• Pieler R, Sanchez-Cabo F, Hackl H, Thallinger GG, Trajanoski Z. ArrayNorm: comprehensive normalization and analysis of microarray data. Bioinformatics. 2004 [PubMed]
  • Quackenbush J. Computational analysis of microarray data. Nat Rev Genet. 2001;2:418–427. doi: 10.1038/35076576. [PubMed] [Cross Ref]
  • Hartigan JA. Clustering Algorithms. New York: Wiley & Sons; 1975.
  • Yeung KY, Haynor DR, Ruzzo WL. Validating clustering for gene expression data. Bioinformatics. 2001;17:309–318. doi: 10.1093/bioinformatics/17.4.309. [PubMed] [Cross Ref]
  • Raychaudhuri S, Stuart JM, Altman RB. Principal components analysis to summarize microarray experiments: application to sporulation time series. Pac Symp Biocomput. 2000;2000:455–466. [PMC free article] [PubMed]
  • Sturn A, Quackenbush J, Trajanoski Z. Genesis: cluster analysis of microarray data. Bioinformatics. 2002;18:207–208. doi: 10.1093/bioinformatics/18.1.207. [PubMed] [Cross Ref]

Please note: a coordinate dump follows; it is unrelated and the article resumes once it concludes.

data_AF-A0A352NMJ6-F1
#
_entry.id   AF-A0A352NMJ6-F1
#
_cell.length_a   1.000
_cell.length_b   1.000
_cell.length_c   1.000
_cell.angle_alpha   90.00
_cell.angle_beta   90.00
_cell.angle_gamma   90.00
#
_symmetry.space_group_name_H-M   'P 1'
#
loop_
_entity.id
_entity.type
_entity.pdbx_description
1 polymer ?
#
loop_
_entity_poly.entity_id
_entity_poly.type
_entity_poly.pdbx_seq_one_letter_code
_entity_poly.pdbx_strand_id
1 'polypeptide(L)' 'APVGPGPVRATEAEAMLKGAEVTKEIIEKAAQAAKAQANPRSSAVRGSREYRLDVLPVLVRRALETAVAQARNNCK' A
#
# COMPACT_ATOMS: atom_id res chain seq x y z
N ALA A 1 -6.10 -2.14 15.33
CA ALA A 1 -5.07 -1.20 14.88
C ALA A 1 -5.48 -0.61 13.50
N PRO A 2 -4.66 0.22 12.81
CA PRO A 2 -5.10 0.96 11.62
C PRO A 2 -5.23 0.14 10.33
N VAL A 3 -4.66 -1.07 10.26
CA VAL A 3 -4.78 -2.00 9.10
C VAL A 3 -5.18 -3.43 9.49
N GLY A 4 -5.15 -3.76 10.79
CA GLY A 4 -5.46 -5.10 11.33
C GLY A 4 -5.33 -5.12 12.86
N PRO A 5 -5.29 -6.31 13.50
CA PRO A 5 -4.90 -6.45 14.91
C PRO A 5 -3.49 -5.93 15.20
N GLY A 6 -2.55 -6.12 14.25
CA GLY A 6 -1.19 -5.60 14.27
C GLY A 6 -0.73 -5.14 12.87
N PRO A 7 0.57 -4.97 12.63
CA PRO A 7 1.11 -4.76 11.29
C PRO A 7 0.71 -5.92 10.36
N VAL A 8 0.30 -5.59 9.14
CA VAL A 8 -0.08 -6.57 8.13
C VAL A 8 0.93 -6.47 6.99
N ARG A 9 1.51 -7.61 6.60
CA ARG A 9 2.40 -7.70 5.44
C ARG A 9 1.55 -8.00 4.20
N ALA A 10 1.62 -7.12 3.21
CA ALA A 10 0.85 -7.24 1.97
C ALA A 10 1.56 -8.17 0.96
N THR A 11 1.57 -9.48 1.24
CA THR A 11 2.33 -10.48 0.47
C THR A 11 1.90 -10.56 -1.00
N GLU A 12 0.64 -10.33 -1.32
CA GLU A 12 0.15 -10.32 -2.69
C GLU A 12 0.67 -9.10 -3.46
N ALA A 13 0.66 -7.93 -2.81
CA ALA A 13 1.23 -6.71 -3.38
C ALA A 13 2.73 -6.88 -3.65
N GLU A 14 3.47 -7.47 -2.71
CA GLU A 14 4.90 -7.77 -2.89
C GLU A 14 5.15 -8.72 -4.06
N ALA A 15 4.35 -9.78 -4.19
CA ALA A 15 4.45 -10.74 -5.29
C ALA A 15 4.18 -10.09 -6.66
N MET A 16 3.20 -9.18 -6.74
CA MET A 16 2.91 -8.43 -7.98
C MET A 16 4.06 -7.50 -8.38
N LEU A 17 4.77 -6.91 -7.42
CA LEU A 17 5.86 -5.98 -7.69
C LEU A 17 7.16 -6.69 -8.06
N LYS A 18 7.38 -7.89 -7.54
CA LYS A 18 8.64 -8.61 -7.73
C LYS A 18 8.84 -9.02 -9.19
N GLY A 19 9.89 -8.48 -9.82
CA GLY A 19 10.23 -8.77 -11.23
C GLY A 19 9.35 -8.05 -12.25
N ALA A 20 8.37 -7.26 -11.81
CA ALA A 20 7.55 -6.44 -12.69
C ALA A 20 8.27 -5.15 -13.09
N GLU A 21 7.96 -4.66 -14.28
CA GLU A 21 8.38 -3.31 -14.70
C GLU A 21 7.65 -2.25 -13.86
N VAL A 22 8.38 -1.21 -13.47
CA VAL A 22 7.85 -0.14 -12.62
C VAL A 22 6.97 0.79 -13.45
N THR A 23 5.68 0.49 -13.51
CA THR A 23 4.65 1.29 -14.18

• Zhang Z, Schwartz S, Wagner L, Miller W. A greedy algorithm for aligning DNA sequences. J Comput Biol. 2000;7:203–214. doi: 10.1089/10665270050081478. [PubMed] [Cross Ref]
  • Pruitt KD, Katz KS, Sicotte H, Maglott DR. Introducing RefSeq and LocusLink: curated human genome resources at the NCBI. Trends Genet. 2000;16:44–47. doi: 10.1016/S0168-9525(99)01882-X. [PubMed] [Cross Ref]
  • Pruitt KD, Tatusova T, Maglott DR. NCBI Reference Sequence (RefSeq): a curated non-redundant sequence database of genomes, transcripts and proteins. Nucleic Acids Res. 2005:D501–D504. [PMC free article] [PubMed]
  • Okazaki Y, Furuno M, Kasukawa T, Adachi J, Bono H, Kondo S, Nikaido I, Osato N, Saito R, Suzuki H, et al. Analysis of the mouse transcriptome based on functional annotation of 60,770 full-length cDNAs. Nature. 2002;420:563–573. doi: 10.1038/nature01266. [PubMed] [Cross Ref]
  • Schuler GD. Pieces of the puzzle: expressed sequence tags and the catalog of human genes. J Mol Med. 1997;75:694–698. doi: 10.1007/s001090050155. [PubMed] [Cross Ref]
  • Altschul SF, Gish W, Miller W, Myers EW, Lipman DJ. Basic local alignment search tool. J Mol Biol. 1990;215:403–410. doi: 10.1006/jmbi.1990.9999. [PubMed] [Cross Ref]